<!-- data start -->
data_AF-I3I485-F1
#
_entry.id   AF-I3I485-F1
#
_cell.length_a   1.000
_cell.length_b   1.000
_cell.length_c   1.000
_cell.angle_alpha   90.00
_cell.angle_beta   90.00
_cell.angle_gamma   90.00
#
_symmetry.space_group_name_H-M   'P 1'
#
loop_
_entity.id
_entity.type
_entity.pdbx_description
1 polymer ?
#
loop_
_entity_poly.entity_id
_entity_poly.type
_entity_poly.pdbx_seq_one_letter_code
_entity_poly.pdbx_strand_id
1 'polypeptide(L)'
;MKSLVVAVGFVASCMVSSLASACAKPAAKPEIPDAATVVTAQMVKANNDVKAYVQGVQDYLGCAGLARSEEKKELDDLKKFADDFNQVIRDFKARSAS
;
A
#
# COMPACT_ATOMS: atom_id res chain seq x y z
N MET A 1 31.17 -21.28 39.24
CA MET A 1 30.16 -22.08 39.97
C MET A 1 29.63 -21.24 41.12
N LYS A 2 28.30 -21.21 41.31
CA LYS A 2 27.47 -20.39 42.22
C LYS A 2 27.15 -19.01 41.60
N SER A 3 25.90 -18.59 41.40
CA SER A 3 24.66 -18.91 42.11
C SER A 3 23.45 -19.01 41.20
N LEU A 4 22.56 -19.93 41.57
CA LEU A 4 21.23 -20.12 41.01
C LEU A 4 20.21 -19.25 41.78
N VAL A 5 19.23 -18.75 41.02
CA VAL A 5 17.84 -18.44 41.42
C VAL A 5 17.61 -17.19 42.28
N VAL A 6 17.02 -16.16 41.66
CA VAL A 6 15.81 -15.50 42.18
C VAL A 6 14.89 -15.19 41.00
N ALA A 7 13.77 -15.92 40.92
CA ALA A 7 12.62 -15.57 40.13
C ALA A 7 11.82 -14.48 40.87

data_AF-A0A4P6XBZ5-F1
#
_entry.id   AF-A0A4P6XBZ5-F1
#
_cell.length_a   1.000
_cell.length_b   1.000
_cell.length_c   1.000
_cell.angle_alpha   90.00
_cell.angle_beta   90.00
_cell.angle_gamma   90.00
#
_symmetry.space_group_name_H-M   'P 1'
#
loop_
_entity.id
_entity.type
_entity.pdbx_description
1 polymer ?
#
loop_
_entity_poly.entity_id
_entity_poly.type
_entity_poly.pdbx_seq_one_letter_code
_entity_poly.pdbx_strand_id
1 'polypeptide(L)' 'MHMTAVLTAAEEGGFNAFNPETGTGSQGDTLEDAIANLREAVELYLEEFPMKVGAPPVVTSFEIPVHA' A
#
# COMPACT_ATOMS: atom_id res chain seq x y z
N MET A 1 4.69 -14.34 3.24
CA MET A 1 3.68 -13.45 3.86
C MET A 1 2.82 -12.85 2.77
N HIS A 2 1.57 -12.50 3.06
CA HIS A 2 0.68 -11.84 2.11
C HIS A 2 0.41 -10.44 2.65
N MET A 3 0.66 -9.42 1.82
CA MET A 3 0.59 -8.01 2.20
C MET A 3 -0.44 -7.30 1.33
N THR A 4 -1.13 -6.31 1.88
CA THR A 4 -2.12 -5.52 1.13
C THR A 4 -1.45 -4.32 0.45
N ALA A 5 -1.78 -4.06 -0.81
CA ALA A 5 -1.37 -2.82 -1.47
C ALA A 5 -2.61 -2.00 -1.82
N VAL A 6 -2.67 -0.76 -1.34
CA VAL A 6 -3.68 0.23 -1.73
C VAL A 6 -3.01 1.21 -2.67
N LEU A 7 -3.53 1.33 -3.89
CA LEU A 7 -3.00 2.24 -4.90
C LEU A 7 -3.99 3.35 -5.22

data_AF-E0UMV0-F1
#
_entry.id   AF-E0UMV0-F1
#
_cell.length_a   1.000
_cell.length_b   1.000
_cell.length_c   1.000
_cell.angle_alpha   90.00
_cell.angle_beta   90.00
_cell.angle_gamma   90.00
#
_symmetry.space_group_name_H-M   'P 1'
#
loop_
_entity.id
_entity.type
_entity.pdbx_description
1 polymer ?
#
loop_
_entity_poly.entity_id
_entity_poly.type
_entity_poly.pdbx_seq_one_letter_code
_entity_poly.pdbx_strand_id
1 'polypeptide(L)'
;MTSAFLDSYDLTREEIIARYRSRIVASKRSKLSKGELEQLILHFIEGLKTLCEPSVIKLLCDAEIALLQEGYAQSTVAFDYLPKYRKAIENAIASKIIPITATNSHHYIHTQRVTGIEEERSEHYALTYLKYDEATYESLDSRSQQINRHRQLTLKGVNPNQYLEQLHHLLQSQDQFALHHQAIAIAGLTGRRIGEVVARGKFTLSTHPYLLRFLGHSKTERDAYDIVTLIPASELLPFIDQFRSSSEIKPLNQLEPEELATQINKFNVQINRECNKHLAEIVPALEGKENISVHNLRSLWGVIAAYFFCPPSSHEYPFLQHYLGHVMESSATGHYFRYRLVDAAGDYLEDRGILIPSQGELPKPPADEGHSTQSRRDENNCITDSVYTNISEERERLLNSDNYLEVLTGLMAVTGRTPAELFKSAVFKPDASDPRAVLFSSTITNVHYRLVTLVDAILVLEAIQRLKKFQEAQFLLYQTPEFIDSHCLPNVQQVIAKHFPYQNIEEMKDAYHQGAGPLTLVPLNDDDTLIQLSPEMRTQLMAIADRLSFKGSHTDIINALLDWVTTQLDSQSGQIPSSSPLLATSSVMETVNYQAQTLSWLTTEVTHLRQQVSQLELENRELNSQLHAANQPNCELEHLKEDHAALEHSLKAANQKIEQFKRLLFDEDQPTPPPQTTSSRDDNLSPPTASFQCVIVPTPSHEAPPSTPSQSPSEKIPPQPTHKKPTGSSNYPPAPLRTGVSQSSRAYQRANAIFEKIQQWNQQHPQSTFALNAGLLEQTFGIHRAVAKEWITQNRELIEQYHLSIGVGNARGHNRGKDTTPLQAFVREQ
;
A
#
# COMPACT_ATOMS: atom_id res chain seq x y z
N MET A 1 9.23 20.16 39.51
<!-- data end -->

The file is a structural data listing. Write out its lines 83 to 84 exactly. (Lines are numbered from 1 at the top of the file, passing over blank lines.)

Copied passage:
CA HIS A 2 0.68 -11.84 2.11
C HIS A 2 0.41 -10.44 2.65